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Liberal Defense of Porn Now a Conservative Defense of Guns – SCOTUS Monday

The question presented to the Supreme Court of the United States (SCOTUS) is:

Does the First Amendment allow a government regulator to threaten regulated entities with adverse regulatory actions if they do business with a controversial speaker, as a consequence of (a) the government's own hostility to the speaker's viewpoint or (b) a perceived "general backlash" against the speaker's advocacy?

Petitioner, the National Rifle Association of America (“NRA”), relies on Bantam Books, Inc. v. Sullivan, 372 U.S. 58 (1963), to defend its First Amendment rights.  Bantam books is a case where booksellers sold sexual magazines and the government used its various levers of power to force the booksellers to stop the activity. 

In NRA’s brief at p. 15: “[T]he vice of the system” lay in the government’s conjoined threats and law enforcement actions because, when used to intimidate booksellers into “voluntary” censorship, they “plainly serve[d] as instruments of regulation independent of the laws against obscenity.”

The issue is straightforward. Vullo urged the financial institutions under her supervision to cut ties with the NRA because of its gun promotion advocacy. If NRA has shown Vullo coerced these actions, NRA’s First Amendment rights were violated under Bantam Books.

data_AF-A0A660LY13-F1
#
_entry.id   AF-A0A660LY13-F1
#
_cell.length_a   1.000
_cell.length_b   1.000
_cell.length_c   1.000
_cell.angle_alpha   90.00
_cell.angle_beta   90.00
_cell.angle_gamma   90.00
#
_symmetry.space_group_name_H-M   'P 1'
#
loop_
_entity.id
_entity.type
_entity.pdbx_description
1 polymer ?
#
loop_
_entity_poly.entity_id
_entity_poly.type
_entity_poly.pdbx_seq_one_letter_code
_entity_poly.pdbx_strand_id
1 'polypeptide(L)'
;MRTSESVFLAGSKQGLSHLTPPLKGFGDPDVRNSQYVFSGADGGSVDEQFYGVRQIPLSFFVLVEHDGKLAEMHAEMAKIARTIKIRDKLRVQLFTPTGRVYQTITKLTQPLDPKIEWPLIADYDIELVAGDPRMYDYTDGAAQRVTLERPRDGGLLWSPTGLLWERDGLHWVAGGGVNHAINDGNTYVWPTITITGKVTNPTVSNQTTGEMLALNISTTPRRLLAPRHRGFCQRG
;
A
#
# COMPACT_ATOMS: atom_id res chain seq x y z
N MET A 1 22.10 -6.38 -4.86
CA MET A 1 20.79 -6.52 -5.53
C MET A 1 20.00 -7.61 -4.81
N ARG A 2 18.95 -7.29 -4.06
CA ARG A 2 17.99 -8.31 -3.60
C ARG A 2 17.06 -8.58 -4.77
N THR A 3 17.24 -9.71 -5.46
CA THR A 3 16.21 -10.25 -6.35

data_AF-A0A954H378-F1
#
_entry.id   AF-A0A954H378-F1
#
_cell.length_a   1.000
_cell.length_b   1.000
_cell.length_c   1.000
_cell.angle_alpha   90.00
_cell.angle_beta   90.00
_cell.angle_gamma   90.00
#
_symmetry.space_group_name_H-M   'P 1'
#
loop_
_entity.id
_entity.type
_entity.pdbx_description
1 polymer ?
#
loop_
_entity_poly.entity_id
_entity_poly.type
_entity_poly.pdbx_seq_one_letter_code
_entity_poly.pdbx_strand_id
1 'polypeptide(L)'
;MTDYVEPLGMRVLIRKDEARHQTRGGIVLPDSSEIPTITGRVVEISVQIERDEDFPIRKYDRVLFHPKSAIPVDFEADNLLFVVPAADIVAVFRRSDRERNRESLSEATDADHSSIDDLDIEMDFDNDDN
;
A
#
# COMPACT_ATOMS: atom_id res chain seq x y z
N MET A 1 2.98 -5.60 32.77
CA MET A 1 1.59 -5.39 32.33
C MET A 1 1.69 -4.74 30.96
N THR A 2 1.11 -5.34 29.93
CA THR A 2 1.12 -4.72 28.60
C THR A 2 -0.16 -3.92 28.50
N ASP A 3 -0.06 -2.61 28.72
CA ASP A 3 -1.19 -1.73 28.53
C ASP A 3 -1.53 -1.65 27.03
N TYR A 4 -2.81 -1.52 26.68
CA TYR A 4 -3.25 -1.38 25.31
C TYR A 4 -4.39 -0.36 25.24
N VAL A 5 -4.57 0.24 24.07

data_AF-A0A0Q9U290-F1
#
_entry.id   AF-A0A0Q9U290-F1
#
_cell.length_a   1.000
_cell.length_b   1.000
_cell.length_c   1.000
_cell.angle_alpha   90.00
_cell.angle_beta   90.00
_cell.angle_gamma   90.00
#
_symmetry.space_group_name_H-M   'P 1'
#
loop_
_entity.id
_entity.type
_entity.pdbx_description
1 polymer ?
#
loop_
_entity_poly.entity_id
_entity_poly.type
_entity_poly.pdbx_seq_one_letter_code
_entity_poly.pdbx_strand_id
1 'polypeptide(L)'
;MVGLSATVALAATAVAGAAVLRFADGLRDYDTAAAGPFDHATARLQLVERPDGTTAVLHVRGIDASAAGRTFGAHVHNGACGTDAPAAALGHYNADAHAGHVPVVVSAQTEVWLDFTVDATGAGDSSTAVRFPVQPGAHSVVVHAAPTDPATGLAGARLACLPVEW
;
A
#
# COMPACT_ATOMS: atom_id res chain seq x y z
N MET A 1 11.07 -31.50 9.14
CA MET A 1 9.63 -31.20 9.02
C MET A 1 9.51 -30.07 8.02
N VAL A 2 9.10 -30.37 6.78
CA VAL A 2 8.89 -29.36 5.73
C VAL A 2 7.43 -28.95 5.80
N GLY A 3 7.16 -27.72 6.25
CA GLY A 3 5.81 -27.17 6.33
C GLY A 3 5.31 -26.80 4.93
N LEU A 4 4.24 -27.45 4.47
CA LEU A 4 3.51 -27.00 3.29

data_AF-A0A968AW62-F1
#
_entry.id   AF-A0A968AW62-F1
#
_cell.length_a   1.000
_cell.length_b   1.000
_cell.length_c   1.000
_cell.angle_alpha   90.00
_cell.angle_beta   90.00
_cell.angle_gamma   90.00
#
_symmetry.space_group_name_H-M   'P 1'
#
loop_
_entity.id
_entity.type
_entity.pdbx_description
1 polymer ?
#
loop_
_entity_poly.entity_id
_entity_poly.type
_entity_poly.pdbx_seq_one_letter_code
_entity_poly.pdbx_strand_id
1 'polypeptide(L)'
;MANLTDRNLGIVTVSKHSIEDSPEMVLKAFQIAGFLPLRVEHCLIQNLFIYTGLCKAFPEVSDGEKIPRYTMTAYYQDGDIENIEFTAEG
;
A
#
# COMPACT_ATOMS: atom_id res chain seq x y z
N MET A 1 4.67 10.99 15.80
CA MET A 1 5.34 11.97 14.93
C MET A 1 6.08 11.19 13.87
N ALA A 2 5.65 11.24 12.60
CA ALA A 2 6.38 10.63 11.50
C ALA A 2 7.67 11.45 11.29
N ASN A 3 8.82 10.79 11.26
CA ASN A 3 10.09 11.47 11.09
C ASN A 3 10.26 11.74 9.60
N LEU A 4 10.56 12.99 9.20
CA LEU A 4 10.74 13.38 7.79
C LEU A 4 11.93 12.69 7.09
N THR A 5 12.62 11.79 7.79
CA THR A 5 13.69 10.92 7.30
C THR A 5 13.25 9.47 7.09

Sadly, the Second Circuit (appellate court) sided with the Vullo and New York’s Department of Financial Services, which is why SCOTUS now needs to consume calendar battling these sociopathic regulators – one way to describe the Second Circuit’s behavior as argued in the Amicus Brief of the American Center for Law and Justice at page 2:
 

The Second Circuit used at least two approaches that avoid the instruction of Bantam Books, blur First Amendment lines, and create broad opportunities for state censorship through strong encouragement of third-party blacklisting.

[T]he Second Circuit minimized the importance of a leveraging tactic used by Respondent Vullo’s Department of Financial Services (“DFS”) through its investigation of merely "technical” violations by regulated insurance companies that did business with NRA, followed by its strong efforts to “encourage” those companies and other regulated entities to boycott NRA or discontinue gun rights insurance programs with that Second Amendment group; DFS ultimately extracted a consent order from those several companies “whereby the companies agreed to pay a total of more than $13 million in fines and to discontinue the programs” with NRA.

We Expect SCOTUS to Find for NRA and Admonish the Regulators and the Second Circuit. They all knew better and this Court will not allow such absurdities to take our freedom.

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